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Is a disputed charge a defense to a lawsuit?

York, PA |
Filed under: Bankruptcy Credit

PA-A thief stole my credit card number and charged $500 to my credit card. I monitor my accounts, caught it, and disputed it within a day. Because I couldn't prove I didn't charge it (how do you even prove that?), the CC Co refused to take the charge off. I refused to pay it. After months of calls from CC Co then collection agency, my Cease and Desist letter, it is now with CC attorneys. They are threatening to sue to collect. Would they do that over $500? Can I continue to dispute the charge as a defense to a suit? I don't know what else to do.

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Attorney answers 3


I would be very surprised if an attorney filed suit over $500. If suit is filed, I would raise the defenses mentioned. You could always offer to settle the amount for less - say $100 or $200 or so - but make sure you protect yourself with regards to your credit report - meaning if you settle make sure you obtain documentation verifying such.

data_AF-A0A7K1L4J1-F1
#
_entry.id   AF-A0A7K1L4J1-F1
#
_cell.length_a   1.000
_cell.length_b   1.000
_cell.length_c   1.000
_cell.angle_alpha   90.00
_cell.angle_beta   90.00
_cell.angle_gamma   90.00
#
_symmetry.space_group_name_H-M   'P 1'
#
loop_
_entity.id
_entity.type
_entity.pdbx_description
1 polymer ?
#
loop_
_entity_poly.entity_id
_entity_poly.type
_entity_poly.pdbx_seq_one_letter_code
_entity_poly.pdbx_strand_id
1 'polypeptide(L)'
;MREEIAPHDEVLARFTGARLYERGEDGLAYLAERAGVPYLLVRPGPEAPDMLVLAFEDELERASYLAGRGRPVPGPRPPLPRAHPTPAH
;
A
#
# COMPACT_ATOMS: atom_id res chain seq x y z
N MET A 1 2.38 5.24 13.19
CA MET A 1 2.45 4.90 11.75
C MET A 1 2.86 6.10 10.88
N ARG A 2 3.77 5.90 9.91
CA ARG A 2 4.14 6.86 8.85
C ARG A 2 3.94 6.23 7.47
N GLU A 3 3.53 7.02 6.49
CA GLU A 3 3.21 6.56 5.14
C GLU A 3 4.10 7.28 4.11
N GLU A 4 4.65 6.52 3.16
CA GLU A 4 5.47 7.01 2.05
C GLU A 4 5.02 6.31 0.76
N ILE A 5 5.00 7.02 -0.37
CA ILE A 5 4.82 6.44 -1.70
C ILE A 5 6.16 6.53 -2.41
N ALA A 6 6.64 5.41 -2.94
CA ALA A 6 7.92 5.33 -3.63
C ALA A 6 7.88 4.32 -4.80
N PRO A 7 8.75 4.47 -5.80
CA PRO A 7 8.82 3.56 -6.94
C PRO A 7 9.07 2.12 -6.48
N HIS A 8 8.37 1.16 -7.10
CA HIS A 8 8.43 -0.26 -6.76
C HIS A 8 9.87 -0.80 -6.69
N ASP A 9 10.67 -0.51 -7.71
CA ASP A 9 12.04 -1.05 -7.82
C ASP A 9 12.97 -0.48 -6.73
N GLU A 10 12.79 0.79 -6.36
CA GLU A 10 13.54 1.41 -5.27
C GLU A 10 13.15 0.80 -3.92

Good luck

Daniel Anthony DeLiberty

Daniel Anthony DeLiberty


I have seen plenty of lawsuits filed in magisterial district court and Philadelphia Municipal Court for less than $1000. As the poster indicated, not many at the $500 level, but from my experience have seen quite a few in the $700-1000 range. You may want to file an ID theft affidavit.


If you did not make the charge, then it would be a defense to any lawsuit that is brought.


The credit card comes with a contract that governs how to deal with disputed charges. Some cards have a mediation process, some have protection plans, etc. Look closely at the agreement. That will govern whether you have to pay. In addition, if it doesn't look favorable for you under the contract, you can always offer something less that full payment to settle.

This communication is intended as general information and not specific legal advice, and this communication does not create an attorney-client relationship. To get legal advice, consult an attorney in your local area or the area where the issue is located. It should not be relied upon as legal advice. The response is based on the limited facts provided, and without any independent investigation of the author. Given additional or different facts, the response would likely change. The attorney providing this response is only licensed in Pennsylvania, and you should contact an attorney in your jurisdiction if it is outside Pennsylvania.

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